Encoding: MPEG-4 AVC

Resolution: 1080p

Aspect Ratio: 2.39:1

Clarity/Detail: Universal’s release of this Blu-ray is as impressive as I would expect. A modern studio release isn’t going to surprise with a clear visual presentation, but that’s in no way a knock. This is Apatow bringing in Robert Elswit to handle the cinematography, and the result is his most visually impressive feature that is full of detail in it’s depiction of Staten Island, from the dirty basements to the clean firehouse.

Depth: There’s a great level of dimensionality on display here. It comes across in seeing the characters dropped against various scenic backgrounds, particularly when the gang is close to the water.

Black Levels: Black levels are generally consistent, deep, and inky throughout. Everything looks natural, with no signs of crush. Apatow has come a long way from the sictcom-y look of The 40-Year-Old Virgin.

Color Reproduction: While there’s an attempt to adopt a particular color palette, the film does well to make the colors on display pop. Look at the above-ground-pool, for example, let alone the red firetruck.

Flesh Tones: Facial textures register very well. You get a good amount of detail when looking at the characters up close.

Noise/Artifacts: Nothing to report here.



Audio Format(s): English Dolby Atmos, English TrueHD 7.1, Spanish and French DTS Digital Surround 5.1

Subtitles: English SDH, Spanish and French

Dynamics: It all sounds great, and with an unnecessary Atmos track, no less. This is a dialogue heavy film, but Apatow is not above having some nice audio work on the track in the form of score and music cues. It all comes through cleanly.

Low-Frequency Extension: The LFE Channel gets moments to work with thanks to some of the party moments where the soundtrack is allowed to blast it out.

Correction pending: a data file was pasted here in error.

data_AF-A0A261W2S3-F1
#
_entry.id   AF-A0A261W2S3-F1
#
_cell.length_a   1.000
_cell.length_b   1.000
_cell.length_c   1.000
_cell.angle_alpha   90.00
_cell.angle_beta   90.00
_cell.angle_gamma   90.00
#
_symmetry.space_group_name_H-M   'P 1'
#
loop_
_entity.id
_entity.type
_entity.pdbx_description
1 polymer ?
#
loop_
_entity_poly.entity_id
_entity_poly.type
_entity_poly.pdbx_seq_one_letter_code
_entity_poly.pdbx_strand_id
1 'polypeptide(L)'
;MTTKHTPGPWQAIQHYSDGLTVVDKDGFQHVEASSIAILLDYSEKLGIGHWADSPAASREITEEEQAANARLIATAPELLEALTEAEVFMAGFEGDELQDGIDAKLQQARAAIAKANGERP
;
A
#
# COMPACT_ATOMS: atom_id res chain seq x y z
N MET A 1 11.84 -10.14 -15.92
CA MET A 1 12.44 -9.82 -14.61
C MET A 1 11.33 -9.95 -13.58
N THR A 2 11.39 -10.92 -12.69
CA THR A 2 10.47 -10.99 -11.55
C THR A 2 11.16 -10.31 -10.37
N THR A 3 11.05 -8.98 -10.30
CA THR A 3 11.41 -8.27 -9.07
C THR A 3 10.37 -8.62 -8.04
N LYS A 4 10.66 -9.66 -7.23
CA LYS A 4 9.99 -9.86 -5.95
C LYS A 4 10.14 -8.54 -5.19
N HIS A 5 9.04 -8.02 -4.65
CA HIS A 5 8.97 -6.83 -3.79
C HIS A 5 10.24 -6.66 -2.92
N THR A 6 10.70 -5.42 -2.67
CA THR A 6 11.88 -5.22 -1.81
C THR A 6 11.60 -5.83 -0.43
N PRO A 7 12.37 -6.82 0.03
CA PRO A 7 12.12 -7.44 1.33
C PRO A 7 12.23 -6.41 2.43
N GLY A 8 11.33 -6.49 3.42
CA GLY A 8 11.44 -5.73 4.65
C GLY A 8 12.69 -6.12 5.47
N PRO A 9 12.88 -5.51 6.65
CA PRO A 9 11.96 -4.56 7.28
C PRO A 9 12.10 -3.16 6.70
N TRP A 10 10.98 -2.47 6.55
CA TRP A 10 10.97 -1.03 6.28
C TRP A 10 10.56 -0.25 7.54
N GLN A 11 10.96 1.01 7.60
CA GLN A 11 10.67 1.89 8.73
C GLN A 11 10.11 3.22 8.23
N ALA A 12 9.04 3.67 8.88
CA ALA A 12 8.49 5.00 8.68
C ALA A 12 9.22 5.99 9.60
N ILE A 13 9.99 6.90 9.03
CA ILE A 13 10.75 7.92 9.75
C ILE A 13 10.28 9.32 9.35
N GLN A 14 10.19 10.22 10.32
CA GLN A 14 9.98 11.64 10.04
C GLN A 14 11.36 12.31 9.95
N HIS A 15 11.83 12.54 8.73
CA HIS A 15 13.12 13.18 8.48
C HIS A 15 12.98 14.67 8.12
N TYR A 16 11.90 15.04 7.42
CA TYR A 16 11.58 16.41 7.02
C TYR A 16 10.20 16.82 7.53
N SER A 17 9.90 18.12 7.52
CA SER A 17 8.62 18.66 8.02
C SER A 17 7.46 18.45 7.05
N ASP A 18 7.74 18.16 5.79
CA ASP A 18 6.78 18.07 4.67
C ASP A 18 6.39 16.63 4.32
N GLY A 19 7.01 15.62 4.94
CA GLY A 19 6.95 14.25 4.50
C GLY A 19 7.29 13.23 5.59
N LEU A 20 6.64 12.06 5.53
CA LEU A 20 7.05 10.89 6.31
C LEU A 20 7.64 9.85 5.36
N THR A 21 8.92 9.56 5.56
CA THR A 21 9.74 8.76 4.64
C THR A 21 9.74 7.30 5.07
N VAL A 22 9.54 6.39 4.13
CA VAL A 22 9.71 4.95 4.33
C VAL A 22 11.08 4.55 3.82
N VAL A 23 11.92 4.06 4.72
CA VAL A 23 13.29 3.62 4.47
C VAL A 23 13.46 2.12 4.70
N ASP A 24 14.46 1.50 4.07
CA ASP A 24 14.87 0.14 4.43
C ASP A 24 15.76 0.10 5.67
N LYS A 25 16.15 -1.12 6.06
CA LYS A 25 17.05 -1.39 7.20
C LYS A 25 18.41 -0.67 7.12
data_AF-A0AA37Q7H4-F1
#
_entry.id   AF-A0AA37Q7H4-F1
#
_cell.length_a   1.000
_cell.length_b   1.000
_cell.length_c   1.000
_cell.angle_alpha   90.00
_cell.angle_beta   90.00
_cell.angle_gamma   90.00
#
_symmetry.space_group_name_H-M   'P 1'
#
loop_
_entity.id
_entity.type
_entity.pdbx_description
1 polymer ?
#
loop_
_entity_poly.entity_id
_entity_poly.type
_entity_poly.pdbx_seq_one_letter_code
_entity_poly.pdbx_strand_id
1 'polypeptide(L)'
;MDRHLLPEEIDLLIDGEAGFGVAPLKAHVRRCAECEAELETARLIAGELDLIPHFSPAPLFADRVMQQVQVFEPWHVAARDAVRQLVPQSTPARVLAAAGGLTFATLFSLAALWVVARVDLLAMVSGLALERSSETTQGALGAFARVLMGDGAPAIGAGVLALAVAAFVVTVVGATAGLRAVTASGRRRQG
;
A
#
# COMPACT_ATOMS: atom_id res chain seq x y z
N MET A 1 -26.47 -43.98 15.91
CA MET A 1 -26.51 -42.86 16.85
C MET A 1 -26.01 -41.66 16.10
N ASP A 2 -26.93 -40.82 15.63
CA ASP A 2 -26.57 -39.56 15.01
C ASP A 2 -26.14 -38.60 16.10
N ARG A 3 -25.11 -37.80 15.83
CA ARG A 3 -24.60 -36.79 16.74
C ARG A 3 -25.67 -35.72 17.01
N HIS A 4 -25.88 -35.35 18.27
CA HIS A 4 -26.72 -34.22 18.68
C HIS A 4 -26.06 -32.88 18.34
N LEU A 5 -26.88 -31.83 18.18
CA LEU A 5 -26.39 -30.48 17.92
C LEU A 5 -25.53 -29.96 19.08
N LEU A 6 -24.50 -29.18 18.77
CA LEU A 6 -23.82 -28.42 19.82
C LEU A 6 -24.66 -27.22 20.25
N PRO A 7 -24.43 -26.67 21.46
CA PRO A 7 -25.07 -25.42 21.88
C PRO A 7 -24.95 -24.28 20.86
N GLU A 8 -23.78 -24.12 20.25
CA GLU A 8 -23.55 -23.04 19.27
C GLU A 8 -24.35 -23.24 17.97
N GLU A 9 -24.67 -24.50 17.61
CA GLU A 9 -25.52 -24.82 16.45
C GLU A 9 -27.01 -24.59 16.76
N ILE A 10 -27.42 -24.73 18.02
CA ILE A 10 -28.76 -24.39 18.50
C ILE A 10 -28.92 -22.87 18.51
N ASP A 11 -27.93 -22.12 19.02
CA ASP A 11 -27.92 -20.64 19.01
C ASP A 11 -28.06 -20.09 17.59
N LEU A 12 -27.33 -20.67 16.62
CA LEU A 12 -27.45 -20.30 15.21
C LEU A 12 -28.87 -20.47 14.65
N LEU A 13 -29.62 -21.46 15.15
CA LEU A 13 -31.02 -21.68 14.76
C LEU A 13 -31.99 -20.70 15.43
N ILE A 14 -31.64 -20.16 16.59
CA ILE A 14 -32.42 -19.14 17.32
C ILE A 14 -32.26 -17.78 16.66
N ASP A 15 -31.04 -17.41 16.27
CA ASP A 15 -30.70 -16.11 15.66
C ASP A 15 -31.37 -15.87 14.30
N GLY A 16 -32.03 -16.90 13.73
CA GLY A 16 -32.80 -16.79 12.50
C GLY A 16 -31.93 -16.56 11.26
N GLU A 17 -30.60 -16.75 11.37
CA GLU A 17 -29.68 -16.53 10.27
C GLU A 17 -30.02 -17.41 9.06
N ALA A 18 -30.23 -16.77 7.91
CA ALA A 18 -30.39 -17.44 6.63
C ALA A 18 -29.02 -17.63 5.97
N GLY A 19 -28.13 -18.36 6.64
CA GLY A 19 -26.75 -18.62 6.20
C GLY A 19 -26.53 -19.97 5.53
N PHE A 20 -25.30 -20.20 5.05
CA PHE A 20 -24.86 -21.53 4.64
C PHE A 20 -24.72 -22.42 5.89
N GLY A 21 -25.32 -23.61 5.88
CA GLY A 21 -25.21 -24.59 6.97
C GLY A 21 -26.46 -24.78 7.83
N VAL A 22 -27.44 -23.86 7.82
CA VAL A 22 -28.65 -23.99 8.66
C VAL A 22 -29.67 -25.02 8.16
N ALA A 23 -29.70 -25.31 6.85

Surround Sound Presentation: The surround presentation has everything needed to make this comedy-drama come to life in your home. It’s mostly center-focused, but the other channels help this film maintain a balance.

Dialogue Reproduction: Everyone sounds loud and clear.


As with any Apatow feature, The King of Staten Island is another packed release full of gag reels, alternate scenes, and more of that kind of fun. Plus, tons of conversations with the cast and crew, and other areas informing the production.

Features Include:

  • Audio Commentary with co-writer/director Judd Apatow and co-writer/star Pete Davidson
  • Alternate Endings (Which Didn’t Work!) (HD, 3:57)
  • Deleted Scenes (HD, 16:21)
  • Gag Reel (HD, 5:53)
  • Line-O-Rama (HD, 4:37)
  • The Kid from Staten Island (HD, 19:04) – Davidson and Judd Apatow talk about their experience working together and the personal nature of the film.
  • Judd Apatow’s Production Diaries (HD, 31:44) – On-set talks about production.
  • You’re Not My Dad: Working with Bill Burr (HD, 4:42) – Apatow and Burr talk about their approach to his character.
  • Margie Knows Best: Working with Marisa Tomei (HD, 3:21) – Apatow and Tomei talk about why she’s overqualified for this film.